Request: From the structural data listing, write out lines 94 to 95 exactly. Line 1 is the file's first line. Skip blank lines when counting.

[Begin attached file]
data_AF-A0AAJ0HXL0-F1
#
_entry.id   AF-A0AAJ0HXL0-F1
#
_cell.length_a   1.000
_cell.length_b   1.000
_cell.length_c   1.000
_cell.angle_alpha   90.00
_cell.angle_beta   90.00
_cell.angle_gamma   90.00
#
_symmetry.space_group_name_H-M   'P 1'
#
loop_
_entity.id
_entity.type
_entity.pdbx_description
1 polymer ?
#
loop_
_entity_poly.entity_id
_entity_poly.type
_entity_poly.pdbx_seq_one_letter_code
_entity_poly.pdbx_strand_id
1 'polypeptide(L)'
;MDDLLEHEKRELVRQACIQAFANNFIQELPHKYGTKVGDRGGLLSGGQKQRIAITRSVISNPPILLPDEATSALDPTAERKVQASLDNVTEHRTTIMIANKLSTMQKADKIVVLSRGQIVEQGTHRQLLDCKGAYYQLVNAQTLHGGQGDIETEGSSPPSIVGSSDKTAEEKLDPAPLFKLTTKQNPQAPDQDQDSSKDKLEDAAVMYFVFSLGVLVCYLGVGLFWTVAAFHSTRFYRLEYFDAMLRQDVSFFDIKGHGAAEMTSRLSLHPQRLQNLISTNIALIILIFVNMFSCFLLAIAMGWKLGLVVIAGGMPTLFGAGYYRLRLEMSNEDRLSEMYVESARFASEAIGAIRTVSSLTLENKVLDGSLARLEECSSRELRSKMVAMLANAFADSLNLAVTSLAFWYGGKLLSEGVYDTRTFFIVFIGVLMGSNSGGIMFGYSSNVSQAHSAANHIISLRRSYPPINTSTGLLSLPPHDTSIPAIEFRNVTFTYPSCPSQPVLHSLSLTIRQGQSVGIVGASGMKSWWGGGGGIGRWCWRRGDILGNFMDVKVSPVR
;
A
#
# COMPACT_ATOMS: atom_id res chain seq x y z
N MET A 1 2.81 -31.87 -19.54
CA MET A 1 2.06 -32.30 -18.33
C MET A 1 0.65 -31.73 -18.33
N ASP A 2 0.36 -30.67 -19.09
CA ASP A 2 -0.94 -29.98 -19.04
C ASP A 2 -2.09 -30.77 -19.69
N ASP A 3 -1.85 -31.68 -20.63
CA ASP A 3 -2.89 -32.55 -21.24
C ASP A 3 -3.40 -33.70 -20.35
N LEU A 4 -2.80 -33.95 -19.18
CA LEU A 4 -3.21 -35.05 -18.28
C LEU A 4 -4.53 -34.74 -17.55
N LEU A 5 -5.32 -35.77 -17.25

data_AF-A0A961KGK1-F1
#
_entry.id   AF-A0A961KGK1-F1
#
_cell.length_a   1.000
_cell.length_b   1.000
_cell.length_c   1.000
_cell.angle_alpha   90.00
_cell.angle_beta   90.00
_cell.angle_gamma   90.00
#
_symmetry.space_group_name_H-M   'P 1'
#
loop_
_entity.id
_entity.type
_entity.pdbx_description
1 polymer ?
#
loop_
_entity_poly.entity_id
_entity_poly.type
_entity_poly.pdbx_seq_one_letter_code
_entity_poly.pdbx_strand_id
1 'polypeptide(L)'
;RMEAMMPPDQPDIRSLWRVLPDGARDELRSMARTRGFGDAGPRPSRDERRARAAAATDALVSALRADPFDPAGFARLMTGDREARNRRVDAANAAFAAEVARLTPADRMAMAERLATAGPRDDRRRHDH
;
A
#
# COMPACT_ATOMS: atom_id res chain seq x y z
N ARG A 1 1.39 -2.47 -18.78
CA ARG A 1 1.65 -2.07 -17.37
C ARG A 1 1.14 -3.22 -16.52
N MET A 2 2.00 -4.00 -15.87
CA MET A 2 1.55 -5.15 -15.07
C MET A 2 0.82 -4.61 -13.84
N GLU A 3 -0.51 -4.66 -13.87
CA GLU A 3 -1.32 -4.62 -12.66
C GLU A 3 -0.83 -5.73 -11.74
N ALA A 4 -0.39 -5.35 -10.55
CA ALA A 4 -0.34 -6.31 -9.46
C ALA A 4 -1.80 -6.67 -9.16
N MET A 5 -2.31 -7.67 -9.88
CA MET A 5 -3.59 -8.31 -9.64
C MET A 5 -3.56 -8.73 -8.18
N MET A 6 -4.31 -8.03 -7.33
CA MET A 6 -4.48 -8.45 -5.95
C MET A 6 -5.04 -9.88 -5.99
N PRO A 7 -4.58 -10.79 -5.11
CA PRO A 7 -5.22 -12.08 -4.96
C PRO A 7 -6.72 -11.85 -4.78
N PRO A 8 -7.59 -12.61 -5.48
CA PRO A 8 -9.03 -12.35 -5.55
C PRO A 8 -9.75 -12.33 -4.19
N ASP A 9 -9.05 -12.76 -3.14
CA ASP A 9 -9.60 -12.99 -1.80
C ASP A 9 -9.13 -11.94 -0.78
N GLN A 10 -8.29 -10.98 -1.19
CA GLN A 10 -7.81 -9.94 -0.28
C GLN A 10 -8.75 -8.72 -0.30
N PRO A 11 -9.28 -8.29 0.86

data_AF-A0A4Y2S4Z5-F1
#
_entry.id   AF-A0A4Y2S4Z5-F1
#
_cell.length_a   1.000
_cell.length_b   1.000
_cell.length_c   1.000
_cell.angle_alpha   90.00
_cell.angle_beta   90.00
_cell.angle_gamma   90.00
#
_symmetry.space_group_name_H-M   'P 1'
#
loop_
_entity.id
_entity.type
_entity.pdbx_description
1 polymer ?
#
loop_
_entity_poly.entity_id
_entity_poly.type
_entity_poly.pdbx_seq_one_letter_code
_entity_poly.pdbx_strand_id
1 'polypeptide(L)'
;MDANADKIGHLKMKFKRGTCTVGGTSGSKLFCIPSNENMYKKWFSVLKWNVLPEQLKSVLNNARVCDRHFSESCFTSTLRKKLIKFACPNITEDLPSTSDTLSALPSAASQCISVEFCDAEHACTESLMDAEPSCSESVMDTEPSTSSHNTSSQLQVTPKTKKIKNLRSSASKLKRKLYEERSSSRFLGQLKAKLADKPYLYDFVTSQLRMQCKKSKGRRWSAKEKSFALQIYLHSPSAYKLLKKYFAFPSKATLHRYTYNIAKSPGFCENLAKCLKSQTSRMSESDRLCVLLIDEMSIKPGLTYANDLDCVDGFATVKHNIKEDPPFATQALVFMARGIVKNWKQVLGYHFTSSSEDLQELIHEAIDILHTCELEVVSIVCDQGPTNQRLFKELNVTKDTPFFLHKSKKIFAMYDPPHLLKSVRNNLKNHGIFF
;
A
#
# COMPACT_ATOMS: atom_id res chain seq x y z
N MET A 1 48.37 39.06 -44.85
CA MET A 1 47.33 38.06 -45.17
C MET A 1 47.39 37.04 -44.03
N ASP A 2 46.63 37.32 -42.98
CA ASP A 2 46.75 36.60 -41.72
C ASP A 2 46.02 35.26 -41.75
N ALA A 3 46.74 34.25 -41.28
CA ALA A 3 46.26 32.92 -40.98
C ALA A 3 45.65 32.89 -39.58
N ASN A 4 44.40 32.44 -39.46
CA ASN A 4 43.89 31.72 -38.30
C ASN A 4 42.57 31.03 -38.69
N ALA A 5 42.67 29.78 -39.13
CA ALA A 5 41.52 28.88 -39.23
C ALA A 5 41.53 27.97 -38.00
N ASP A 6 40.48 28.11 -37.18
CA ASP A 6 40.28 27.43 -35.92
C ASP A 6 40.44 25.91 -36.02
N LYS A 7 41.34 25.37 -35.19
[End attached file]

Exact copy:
C PRO A 7 -6.72 -11.85 -4.78
N PRO A 8 -7.59 -12.61 -5.48